For more information about business licenses you can go to your state’s government website and decide which would serve you best based on how much you can afford and what you need. You could also consult a business professional or a lawyer, but they can be expensive.


Contract, What Do You Need Contracts for?

Contract, What Do You Need Contracts for?

There are lots of contracts you will need as an indie game developer. Probably the most important ones are your legal documents for the users of your website and games/apps. These include the “All Rights Reserved”, “Privacy Policy”, “Terms of Service” and “User Agreement”. These should all be publicly available on your website. I keep mine in the footer of my website, allow for people to easily find them.


The “All Rights Reserved” is part of the copyright law. It basically states that everything that is within your website or game/app (text, pictures, downloads, etc.) is yours, you hold the right to use it, and unless otherwise stated, people must ask for your permission to use your stuff. In short term, it means don’t steal my stuff and claim it as your own.


The “Privacy Policy” is important because it protects you and your users. This statement declares how you use any information that your users give to you, either on your website or your game/app. It state’s that you will protect your users’ information and it publicly states what information is required in order to use your service. Win – win.


The “Terms of Service” are the rules you declare in order for someone to comment on your website, purchase a product from you, or other services you might offer. If someone were to break your rules, your TOS would come into play and you would handle it accordingly. A good example is when someone creates a bot in an MMO to collect in game currency. Most developers frown on that and have some form of TOS to deal with the situation, including canceling service to the user.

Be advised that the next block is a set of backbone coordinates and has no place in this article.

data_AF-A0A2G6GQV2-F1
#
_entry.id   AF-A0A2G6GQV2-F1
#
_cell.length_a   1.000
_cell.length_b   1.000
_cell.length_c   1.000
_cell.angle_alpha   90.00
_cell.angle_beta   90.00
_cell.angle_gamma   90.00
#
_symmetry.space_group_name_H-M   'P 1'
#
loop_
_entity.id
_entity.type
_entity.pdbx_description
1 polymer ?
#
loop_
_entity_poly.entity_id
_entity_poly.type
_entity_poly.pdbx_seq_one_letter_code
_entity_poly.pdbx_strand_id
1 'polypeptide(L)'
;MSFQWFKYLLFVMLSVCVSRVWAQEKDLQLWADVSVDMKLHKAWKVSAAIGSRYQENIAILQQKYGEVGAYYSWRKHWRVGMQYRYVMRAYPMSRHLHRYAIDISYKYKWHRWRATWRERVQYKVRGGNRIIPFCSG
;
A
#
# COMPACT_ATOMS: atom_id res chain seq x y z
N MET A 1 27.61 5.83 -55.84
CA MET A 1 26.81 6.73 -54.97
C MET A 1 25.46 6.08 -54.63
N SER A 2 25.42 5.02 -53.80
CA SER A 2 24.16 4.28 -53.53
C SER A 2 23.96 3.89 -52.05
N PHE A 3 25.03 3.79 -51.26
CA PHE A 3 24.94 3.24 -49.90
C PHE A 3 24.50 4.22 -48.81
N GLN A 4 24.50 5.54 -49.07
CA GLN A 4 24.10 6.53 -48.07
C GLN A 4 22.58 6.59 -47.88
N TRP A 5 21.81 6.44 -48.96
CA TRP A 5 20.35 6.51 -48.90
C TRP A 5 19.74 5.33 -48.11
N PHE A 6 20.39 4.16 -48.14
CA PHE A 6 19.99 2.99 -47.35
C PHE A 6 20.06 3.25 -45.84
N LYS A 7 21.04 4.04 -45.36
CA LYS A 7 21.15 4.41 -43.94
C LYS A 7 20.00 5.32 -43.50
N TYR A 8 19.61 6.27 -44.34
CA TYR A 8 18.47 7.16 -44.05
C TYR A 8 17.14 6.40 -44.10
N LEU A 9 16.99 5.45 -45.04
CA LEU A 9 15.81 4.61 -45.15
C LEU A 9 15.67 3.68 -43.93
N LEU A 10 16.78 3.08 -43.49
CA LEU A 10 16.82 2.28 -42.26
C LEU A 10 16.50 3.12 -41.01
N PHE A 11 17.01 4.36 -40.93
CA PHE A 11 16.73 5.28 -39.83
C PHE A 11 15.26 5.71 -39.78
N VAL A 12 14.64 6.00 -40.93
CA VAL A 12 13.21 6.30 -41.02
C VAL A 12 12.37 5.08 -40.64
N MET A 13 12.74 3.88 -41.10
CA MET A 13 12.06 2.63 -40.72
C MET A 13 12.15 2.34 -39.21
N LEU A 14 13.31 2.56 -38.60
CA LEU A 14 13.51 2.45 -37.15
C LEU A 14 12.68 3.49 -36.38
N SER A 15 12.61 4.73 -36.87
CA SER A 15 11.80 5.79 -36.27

The “User Agreement” is used for software and is a contract between the user and you. It is sometimes called a “software license” or “end user license agreement”. This contract states that the user will agree to the privilege of using or purchasing your software and promise to comply with all of the restrictions stated in the User Agreement.


 




 
Those are your most important contracts. You can find links to mine in the footer of my website, eim-games.com for a reference. You can also find them on many other game developers’ websites.


The other important contracts that you should have are a Confidentiality Agreement, an Employee Contract, and a General Contract.


The Confidentiality Agreement is for anyone working with you on your game. This states that anything created for the game is owned by your company, and not the creator. This protects your company from your employees or contract hires from steeling your intellectual property and claiming it as their own, or any information that you don’t want released yet. That’s not to say your employees would do such a thing, but it’s always nice to have the law on your side, just in case someone goes crazy.


The Employee Contract is if you hire any full or part time employees. This can state how the pay schedule will work, when the employee will receive pay, any paid holidays, paid sick days or paid vacation days you might have, and other various things. This contract helps you and your employee fully understand what you are offering him or her. This type of contract should also be used with interns.


The General Contract is basically the same as the employee contract, but can be used for contract hires and freelancers who do work for you.


Contracts are important, and you don’t need a lawyer to write one up. You can Google search for examples and write one up that suits your needs.


In the next blog post, I will be talking about Project Management.

Stay in Touch

On another note, if you find any issues with either this website or any of my games, or have any suggestions or questions, Eimear Studios would love to hear them! Email me here or report an issue or bug here.